Thursday, September 8, 2016

Renaissance Magazine Newletter #1

Why Vikings Raided

The Viking hit-and-run raids on monastic communities such as Lindisfarne and Iona were the most infamous result of burgeoning Scandinavian maritime prowess in the closing years of the Eighth Century.

These skirmishes led to more expansive military campaigns, settlement, and ultimately conquest of large swathes of the British Isles. But Dr Steve Ashby, of the Department of Archaeology at the University of York, wanted to explore the social justifications for this spike in aggressive activity.

Previous research has considered environmental, demographic, technological and political drivers, as well as the palpable lure of silver and slave and why these forms of wealth became important at this stage.

Dr Ashby said: "I wanted to try to discover what would make a young chieftain invest in the time and resources for such a risky venture. And what were the motives of his crew?"

In research published in Archaeological Dialogues, Dr Ashby argues that focusing on the spoils of raiding is to ignore half the picture as the rewards of such voyages consisted of much more than portable wealth.

Dr Ashby says: "The lure of the exotic, of the world beyond the horizon, was an important factor. Classic anthropology has shown that the mystique of the exotic is a powerful force, and something that leaders and people of influence often use to prop up their power base. It is not difficult to see how this would have worked in the Viking Age."

The acquisition not just of silver but of distinctive forms of Anglo-Saxon, Frankish, and Celtic metalwork were tangible reminders of successful sorties, symbols of status and power, as well as calls-to-arms for future raids. Many of the large quantity of Christian artefacts found in Scandinavian contexts (particularly Norwegian pagan burials) escaped melting and recycling, not because of some form of artistic appreciation, but because they were foundation stones for power, and touchstones in any argument for undertaking military activity.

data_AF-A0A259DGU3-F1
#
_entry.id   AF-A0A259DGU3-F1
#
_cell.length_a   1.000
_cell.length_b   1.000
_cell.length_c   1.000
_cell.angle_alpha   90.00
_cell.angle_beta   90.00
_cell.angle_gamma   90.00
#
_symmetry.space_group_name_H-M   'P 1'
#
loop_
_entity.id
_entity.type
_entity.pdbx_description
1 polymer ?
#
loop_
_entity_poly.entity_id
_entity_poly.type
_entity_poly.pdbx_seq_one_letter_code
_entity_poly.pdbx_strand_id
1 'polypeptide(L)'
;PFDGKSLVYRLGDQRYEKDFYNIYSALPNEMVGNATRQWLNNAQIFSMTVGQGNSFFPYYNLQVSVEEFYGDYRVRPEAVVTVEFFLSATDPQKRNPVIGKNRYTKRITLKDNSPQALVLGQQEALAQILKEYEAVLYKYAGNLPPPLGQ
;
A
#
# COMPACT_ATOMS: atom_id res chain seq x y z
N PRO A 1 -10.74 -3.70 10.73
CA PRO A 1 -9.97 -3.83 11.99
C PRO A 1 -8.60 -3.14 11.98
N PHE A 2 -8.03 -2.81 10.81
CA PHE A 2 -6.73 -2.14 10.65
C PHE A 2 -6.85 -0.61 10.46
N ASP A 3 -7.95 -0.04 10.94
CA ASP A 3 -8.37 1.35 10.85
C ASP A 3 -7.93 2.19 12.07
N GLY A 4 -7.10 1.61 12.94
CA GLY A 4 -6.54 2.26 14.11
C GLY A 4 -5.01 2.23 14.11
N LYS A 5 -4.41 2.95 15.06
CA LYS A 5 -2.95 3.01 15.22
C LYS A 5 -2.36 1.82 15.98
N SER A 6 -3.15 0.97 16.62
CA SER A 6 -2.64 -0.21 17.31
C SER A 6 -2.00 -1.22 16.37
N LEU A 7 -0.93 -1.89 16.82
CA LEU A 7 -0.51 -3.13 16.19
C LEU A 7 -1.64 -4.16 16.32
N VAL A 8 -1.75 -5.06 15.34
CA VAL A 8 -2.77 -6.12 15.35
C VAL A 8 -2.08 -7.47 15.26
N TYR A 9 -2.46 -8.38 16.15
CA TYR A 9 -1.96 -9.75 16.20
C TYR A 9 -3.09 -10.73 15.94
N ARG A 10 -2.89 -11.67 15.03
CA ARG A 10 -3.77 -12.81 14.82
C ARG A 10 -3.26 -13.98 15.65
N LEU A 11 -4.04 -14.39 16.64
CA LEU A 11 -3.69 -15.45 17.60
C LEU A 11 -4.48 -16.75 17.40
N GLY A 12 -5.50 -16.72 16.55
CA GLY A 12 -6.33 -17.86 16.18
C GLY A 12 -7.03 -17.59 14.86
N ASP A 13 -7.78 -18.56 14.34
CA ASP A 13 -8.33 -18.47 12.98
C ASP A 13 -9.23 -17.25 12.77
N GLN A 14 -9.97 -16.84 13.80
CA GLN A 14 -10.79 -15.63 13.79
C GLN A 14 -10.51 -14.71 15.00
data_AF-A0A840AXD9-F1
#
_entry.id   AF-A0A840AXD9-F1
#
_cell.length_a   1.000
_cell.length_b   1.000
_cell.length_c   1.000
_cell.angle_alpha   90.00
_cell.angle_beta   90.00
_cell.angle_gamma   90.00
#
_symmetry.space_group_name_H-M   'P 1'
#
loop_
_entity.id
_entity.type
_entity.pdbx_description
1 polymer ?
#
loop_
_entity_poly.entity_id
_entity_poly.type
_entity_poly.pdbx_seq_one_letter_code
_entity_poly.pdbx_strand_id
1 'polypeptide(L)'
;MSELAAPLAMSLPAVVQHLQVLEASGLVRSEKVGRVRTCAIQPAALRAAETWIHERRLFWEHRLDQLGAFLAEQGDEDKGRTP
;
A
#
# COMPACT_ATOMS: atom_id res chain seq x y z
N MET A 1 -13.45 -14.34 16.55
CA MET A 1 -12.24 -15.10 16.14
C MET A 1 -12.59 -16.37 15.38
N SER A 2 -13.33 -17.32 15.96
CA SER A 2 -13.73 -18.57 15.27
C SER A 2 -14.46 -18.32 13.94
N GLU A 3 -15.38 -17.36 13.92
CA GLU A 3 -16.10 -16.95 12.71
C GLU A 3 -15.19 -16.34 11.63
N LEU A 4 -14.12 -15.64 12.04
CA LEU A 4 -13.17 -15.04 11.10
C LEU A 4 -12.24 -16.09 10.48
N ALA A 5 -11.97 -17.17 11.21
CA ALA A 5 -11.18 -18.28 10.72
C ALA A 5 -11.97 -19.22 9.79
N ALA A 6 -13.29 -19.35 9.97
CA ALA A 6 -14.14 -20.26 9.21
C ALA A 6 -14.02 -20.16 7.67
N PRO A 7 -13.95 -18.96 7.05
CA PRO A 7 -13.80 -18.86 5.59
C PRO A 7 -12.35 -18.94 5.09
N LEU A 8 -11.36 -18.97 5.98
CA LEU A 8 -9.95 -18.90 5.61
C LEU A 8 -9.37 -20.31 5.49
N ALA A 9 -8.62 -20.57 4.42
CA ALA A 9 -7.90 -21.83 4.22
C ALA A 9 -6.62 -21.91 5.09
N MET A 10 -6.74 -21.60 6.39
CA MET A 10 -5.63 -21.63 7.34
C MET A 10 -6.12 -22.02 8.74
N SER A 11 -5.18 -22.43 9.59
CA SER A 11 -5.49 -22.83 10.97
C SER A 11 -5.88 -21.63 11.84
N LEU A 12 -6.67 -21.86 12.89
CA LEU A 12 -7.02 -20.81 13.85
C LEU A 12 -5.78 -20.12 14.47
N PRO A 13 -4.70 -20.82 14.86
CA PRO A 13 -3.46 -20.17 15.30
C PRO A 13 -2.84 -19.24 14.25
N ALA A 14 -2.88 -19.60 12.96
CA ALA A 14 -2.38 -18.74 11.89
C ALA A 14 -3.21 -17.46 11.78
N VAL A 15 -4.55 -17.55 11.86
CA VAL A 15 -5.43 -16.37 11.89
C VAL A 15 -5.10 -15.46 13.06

Dr Ashby says there was also a clear motive for joining raiding parties rather than blindly following their leaders. Raiding activity provided not only an opportunity for violence and the accumulation of wealth, but an arena in which individuals could be noticed by their peers and superiors. It was an opportunity to build reputations for skill, reliability, cunning, or courage. Just as leaders of raiding parties stood to gain more than portable wealth, so too their followers could seek intangible social capital from participation.

"The lure of the raid was thus more than booty; it was about winning and preserving power through the enchantment of travel and the doing of deeds. This provides an important correction to models that focus on the need for portable wealth; the act of acquiring silver was as important as the silver itself," Dr Ashby adds.

Renaissance-themed Richmond Days featured a medieval encampment with a comedy show, educational demonstrations and belly dancers

Two men wearing suits of armor, swords in hand, faced each other in a roped-off ring on the waterfront before beginning the clash.

The battle only last around a minute or two, but the crowd gathering around the ring still cheered on the clangs of the steel on steel as the medieval re-enactors demonstrated what a fight to the death would have looked like several centuries ago. The goal of the fight, as well as the other demonstrations by the medieval re-enactment group, was to educate. But that doesn’t mean the swordsmen don’t try or that wearing 85 pounds of steel is an easy task.

 “The blows are still real,” said Andrew Jefferson, one of the fighters. “Some of them do not feel good.”

The sword fight was part of the Richmond )ME)  Days’ Renaissance theme. Jefferson, a martial arts teacher who lives in Manchester, New Hampshire, came as part of his Renaissance fair comedy act, The Corr Thieves, but he also participates in sword battles.

The primary group at the waterfront event, the Brotherhood of the Arrow and Sword, does medieval re-enactments at Renaissance fairs around New England…

After three years at the Woodstock Fairgrounds, the Oxford Renaissance Festival  will no longer be held in Oxford County.

Next year, the fourth annual festival – known for its international jousting and live action role-playing tournaments – will be relocated in Dorchester at their fairgrounds from June 24 to 26.
Organizer Greg Schuurman said the festival will move 20 minutes down Highway 401 to another county mainly because the Dorchester Fairgrounds (Ontario, Canada) have less asphalt, concrete and buildings.

“There are multiple reasons, but the main reason is, aesthetically, the grounds are set up more for a festival of our kind,” he said. “When you look at the grounds, it gives you more of a Renaissance-style feel.”

The fledgling festival, which was challenged by particularly wet weather in 2015, is also still struggling with attendance. Since Dorchester is closer to London, Schuurman said his hope is the festival might attract more people from that area.
“Our ultimate goal is to grow,” Schuurman said.

However, he said the festival, which organizers hope will break even this year, will eventually find a home in a local forest…

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